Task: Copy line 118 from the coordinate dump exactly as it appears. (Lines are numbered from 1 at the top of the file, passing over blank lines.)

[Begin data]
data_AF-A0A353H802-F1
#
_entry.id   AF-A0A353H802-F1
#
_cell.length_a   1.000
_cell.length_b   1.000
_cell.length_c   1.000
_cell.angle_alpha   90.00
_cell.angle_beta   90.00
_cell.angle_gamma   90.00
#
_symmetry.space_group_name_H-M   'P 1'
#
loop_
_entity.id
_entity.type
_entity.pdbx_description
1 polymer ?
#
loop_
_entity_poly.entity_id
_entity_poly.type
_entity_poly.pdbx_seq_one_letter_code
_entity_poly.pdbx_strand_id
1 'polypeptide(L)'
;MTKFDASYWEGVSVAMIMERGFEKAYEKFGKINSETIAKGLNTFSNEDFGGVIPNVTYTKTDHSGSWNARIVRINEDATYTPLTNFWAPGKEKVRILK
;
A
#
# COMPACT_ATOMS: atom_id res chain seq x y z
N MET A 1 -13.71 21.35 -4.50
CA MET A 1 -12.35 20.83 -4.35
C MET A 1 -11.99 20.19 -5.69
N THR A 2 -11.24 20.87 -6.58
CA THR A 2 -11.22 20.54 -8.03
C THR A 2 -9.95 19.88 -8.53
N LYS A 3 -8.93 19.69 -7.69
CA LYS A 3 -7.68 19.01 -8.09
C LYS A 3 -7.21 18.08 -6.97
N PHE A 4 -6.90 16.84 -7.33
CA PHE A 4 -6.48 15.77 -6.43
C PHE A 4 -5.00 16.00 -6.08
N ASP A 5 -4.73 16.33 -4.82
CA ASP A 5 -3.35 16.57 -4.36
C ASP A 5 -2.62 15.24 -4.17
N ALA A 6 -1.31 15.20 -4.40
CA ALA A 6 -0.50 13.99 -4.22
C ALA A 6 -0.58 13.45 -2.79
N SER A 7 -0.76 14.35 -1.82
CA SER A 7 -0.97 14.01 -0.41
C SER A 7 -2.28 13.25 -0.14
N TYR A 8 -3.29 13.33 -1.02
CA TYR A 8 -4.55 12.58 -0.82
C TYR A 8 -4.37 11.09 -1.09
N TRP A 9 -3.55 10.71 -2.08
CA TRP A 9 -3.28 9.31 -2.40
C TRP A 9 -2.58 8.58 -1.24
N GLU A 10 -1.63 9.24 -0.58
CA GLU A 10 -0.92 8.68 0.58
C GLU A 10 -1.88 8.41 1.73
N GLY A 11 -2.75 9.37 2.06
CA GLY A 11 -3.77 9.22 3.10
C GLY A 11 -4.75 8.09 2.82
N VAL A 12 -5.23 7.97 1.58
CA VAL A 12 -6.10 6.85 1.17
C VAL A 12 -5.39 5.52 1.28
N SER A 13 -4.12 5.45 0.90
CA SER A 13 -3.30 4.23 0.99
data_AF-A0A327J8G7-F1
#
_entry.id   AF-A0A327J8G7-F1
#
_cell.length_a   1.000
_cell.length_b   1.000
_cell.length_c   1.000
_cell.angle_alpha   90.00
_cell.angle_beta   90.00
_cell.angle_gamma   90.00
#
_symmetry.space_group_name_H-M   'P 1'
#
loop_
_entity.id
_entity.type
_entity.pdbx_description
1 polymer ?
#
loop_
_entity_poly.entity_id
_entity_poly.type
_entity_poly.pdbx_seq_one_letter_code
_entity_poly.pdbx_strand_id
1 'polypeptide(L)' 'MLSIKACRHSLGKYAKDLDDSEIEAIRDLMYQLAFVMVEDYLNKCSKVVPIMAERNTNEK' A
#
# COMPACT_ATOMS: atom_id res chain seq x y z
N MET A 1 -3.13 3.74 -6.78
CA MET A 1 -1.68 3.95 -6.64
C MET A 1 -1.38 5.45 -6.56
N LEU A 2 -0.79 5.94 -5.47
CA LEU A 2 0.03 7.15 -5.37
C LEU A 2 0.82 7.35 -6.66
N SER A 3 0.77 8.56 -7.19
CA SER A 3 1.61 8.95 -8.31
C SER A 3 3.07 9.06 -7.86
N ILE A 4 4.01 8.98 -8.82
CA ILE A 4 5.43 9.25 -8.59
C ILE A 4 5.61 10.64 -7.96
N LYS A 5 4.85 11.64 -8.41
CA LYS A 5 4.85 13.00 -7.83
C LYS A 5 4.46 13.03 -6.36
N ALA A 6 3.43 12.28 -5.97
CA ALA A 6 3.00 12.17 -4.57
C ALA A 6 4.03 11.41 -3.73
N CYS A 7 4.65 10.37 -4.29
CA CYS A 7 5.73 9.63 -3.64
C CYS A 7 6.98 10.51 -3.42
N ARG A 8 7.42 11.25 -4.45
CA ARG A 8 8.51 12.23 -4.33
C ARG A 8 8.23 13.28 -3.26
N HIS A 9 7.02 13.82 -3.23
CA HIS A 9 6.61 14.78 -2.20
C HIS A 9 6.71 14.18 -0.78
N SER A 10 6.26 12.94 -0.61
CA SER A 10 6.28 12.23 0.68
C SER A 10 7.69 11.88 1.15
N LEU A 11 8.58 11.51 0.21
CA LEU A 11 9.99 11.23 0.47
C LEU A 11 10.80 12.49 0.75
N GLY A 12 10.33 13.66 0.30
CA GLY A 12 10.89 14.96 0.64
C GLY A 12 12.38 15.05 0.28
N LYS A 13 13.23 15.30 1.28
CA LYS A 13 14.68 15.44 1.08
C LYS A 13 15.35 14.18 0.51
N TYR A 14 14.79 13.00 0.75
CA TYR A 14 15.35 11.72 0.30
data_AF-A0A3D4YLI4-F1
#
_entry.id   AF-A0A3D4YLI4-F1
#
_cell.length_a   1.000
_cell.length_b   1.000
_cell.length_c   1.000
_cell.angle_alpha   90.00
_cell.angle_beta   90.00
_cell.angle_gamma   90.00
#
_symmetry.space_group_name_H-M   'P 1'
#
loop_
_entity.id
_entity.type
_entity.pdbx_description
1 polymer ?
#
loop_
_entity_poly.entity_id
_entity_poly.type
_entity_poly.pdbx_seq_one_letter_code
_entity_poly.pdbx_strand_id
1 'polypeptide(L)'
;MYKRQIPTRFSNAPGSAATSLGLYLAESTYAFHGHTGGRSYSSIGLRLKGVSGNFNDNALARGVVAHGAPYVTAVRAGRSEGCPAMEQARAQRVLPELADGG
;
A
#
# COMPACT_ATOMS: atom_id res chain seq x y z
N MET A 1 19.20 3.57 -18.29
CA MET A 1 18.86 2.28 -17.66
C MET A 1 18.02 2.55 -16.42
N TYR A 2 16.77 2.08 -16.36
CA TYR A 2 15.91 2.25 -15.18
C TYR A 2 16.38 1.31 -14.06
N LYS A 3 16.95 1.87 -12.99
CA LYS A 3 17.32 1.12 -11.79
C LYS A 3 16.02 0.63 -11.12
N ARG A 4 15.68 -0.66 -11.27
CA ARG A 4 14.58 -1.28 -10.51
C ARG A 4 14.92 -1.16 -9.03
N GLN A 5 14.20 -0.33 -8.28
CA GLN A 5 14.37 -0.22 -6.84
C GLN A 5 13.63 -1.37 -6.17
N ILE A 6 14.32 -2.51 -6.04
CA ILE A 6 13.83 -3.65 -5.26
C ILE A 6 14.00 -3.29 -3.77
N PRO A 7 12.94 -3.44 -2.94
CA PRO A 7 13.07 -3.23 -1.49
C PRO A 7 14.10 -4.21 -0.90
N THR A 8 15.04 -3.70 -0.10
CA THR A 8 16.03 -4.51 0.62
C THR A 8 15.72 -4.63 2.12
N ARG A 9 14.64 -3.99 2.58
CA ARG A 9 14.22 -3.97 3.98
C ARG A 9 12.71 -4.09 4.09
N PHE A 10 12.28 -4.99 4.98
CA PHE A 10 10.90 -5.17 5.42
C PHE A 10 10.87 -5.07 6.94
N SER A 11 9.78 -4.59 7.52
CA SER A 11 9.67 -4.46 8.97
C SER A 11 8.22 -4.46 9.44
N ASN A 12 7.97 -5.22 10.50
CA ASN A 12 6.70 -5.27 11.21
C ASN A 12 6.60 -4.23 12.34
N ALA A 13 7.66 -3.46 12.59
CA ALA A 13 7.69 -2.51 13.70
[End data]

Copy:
CA ARG A 8 8.51 12.23 -4.33